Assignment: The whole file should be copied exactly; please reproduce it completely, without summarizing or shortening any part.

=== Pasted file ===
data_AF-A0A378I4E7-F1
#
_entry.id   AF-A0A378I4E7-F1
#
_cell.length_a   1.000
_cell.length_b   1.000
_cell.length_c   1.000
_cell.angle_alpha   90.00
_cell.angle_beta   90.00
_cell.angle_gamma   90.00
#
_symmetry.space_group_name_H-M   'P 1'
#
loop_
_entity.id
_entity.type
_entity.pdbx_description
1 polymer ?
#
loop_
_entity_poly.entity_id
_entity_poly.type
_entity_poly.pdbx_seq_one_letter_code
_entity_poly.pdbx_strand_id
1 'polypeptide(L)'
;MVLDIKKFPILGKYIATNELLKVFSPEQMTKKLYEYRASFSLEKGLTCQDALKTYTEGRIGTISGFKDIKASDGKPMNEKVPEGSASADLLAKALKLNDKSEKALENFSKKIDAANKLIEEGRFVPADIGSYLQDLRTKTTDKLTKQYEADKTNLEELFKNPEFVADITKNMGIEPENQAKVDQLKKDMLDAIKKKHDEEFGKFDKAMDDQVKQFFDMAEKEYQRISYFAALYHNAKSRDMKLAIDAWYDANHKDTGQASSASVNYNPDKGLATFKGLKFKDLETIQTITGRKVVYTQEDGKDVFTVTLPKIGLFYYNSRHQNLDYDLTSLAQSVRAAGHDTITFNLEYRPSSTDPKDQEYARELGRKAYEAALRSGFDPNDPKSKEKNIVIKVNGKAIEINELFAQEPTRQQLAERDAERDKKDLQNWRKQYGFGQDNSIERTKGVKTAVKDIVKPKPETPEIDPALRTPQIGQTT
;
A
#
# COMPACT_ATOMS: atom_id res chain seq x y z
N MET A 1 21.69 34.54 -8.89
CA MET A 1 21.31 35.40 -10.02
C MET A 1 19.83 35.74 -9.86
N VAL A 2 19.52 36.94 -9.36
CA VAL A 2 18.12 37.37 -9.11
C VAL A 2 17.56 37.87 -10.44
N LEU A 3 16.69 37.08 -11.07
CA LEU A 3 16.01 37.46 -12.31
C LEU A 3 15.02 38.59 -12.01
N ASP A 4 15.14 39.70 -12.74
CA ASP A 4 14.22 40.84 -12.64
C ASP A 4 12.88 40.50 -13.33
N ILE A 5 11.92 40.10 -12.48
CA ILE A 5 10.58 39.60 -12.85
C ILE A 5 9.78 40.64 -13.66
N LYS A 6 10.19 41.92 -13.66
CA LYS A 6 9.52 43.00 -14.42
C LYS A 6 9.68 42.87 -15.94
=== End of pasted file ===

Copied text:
data_AF-A0A378I4E7-F1
#
_entry.id   AF-A0A378I4E7-F1
#
_cell.length_a   1.000
_cell.length_b   1.000
_cell.length_c   1.000
_cell.angle_alpha   90.00
_cell.angle_beta   90.00
_cell.angle_gamma   90.00
#
_symmetry.space_group_name_H-M   'P 1'
#
loop_
_entity.id
_entity.type
_entity.pdbx_description
1 polymer ?
#
loop_
_entity_poly.entity_id
_entity_poly.type
_entity_poly.pdbx_seq_one_letter_code
_entity_poly.pdbx_strand_id
1 'polypeptide(L)'
;MVLDIKKFPILGKYIATNELLKVFSPEQMTKKLYEYRASFSLEKGLTCQDALKTYTEGRIGTISGFKDIKASDGKPMNEKVPEGSASADLLAKALKLNDKSEKALENFSKKIDAANKLIEEGRFVPADIGSYLQDLRTKTTDKLTKQYEADKTNLEELFKNPEFVADITKNMGIEPENQAKVDQLKKDMLDAIKKKHDEEFGKFDKAMDDQVKQFFDMAEKEYQRISYFAALYHNAKSRDMKLAIDAWYDANHKDTGQASSASVNYNPDKGLATFKGLKFKDLETIQTITGRKVVYTQEDGKDVFTVTLPKIGLFYYNSRHQNLDYDLTSLAQSVRAAGHDTITFNLEYRPSSTDPKDQEYARELGRKAYEAALRSGFDPNDPKSKEKNIVIKVNGKAIEINELFAQEPTRQQLAERDAERDKKDLQNWRKQYGFGQDNSIERTKGVKTAVKDIVKPKPETPEIDPALRTPQIGQTT
;
A
#
# COMPACT_ATOMS: atom_id res chain seq x y z
N MET A 1 21.69 34.54 -8.89
CA MET A 1 21.31 35.40 -10.02
C MET A 1 19.83 35.74 -9.86
N VAL A 2 19.52 36.94 -9.36
CA VAL A 2 18.12 37.37 -9.11
C VAL A 2 17.56 37.87 -10.44
N LEU A 3 16.69 37.08 -11.07
CA LEU A 3 16.01 37.46 -12.31
C LEU A 3 15.02 38.59 -12.01
N ASP A 4 15.14 39.70 -12.74
CA ASP A 4 14.22 40.84 -12.64
C ASP A 4 12.88 40.50 -13.33
N ILE A 5 11.92 40.10 -12.48
CA ILE A 5 10.58 39.60 -12.85
C ILE A 5 9.78 40.64 -13.66
N LYS A 6 10.19 41.92 -13.66
CA LYS A 6 9.52 43.00 -14.42
C LYS A 6 9.68 42.87 -15.94